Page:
How Parental Rights Terminations Work

Termination of parental rights in New Mexico is very serious, whether the court is taking the rights away or a person is giving them up on their own. In a parent-child relationship, biological parents have an inherent set of responsibilities and rights regarding those kids. If these responsibilities aren’t being upheld, the court could terminate parental rights if it’s fully in the children’s best interests. A parent may also give these rights up on their own, which means they also lose the right to see the child or have a say in their upbringing.
If you may be at risk of parental right termination or are considering giving up your rights or terminating those of the other parent, it’s important you know as much as you can about them first.

Parental Rights Overview

In New Mexico, parents automatically receive rights regarding their children. These include the right to have a relationship with their children, the right to see them and the ability to have a say in how they are raised and to make major decisions for them. These rights start as soon as the child exists and last until the child turns 18, unless they are terminated.

Consequences of Rights Termination

When a parent’s rights are terminated, they no longer have any obligations or rights to the child legally. This means they have no say in how the child is raised, no right to contact or see them, and none of the responsibilities associated with having children.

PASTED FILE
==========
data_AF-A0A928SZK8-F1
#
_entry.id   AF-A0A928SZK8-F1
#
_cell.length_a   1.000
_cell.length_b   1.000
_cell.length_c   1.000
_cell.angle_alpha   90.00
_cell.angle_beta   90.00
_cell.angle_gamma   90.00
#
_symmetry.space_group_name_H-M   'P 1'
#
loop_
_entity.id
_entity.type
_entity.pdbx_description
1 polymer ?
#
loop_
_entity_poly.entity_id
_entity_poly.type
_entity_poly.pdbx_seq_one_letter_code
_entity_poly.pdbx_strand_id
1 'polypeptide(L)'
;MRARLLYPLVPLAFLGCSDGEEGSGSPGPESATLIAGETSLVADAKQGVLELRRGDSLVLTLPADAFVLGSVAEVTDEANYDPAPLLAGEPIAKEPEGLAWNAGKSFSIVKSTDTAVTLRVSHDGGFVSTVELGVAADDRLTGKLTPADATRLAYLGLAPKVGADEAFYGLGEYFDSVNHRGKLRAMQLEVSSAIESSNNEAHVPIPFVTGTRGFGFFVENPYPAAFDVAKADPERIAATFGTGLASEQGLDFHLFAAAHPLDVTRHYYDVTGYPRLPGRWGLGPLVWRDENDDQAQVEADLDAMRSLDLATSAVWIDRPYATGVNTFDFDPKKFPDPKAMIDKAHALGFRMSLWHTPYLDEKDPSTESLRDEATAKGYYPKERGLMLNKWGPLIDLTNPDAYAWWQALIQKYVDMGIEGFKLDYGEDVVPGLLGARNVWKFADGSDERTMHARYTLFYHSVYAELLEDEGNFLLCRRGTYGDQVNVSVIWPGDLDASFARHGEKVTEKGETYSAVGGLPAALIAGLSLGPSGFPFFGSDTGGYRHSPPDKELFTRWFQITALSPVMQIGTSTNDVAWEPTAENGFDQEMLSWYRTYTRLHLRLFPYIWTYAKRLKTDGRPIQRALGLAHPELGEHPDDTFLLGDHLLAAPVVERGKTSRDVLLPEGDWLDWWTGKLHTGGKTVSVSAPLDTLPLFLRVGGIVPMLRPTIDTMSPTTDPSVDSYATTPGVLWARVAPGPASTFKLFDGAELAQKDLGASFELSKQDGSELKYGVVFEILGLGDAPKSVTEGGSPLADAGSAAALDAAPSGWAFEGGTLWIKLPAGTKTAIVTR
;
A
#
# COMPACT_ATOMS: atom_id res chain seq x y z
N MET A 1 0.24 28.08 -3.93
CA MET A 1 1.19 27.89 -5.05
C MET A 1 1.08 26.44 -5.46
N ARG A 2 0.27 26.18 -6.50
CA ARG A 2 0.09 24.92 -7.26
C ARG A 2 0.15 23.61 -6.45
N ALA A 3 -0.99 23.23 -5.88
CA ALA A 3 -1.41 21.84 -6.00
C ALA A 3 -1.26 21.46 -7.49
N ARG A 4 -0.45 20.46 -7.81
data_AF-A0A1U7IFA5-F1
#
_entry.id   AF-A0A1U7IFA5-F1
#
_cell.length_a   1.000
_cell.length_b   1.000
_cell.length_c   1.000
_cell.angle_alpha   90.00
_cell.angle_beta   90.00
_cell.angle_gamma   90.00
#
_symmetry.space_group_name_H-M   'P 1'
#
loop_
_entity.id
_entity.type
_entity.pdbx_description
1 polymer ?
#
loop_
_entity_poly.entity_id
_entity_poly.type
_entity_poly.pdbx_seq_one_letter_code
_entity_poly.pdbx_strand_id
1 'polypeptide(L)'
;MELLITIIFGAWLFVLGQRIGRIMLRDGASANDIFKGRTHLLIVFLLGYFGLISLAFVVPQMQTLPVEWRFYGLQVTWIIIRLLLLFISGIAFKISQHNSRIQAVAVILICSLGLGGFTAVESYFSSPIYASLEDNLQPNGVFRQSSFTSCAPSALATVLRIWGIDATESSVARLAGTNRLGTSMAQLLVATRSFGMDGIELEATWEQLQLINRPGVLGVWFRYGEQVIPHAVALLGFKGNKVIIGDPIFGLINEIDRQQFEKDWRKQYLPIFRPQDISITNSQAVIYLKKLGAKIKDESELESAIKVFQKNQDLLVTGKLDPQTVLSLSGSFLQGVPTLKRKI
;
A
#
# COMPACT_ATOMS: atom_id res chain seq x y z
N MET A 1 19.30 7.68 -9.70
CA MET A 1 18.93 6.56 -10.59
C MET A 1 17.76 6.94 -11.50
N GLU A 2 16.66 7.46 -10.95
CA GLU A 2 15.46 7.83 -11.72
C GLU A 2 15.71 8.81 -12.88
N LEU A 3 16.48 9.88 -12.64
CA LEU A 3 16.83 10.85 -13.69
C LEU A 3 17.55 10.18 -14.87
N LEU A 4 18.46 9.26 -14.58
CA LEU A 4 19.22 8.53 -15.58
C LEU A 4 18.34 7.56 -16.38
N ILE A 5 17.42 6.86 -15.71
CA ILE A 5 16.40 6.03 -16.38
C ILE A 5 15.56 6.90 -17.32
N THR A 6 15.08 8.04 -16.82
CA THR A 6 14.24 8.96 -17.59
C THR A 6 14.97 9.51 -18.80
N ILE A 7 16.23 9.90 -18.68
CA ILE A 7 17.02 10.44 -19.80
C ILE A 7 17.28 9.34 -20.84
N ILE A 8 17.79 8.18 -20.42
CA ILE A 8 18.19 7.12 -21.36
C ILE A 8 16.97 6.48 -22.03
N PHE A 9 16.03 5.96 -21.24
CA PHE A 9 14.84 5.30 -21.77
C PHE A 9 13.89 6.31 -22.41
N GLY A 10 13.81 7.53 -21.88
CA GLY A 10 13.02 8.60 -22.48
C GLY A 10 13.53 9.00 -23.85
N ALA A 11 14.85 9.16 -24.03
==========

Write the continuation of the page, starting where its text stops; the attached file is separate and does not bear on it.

When are rights terminated?
A parent can give up rights or the court may terminate them if they believe the parent is a danger to the child. The circumstances below are examples of situations that can end in a parental rights termination.
•       Abandonment: The parent failed to communicate with the child for a long period of time.
•       Mental disability or illness: If a parent becomes unable to care for their child due to a mental illness or disability, they may lose their rights.
•       Abuse: A parent can have their rights terminated if they neglected or abused the child in any way at any time.
•       Substance dependency: A parent who has been incapacitated due to extreme substance abuse can lose their rights.
A court will only decide to terminate parental rights when it’s the best move for the child. In this type of case, a person—such as the child’s other parent, a relative, a caregiver or the state, if the child is involved with child protective services—petitions the court to have the rights terminated.
After the petition has been filed, there is usually a court case in which it is decided whether the rights will be terminated or remain with the parent.
It’s important to note that a parent can also decide to give up their rights on their own, but this still requires the approval of a judge and the other parent (if they are involved). Someone may give up their rights to make the child eligible for an adoption or because they know they are not able to care for the child. In some cases, a parent gives up parental rights to the state to secure special care the child needs that they can’t provide.

Termination and Child Support

A parental rights termination does not end that parent’s responsibility to pay child support. However, it is rare for a parent who’s rights have been terminated to be made to provide child support.
Since parental rights termination is a very serious matter, you should speak to an experienced family law attorney if you are going to be or are involved in such a case.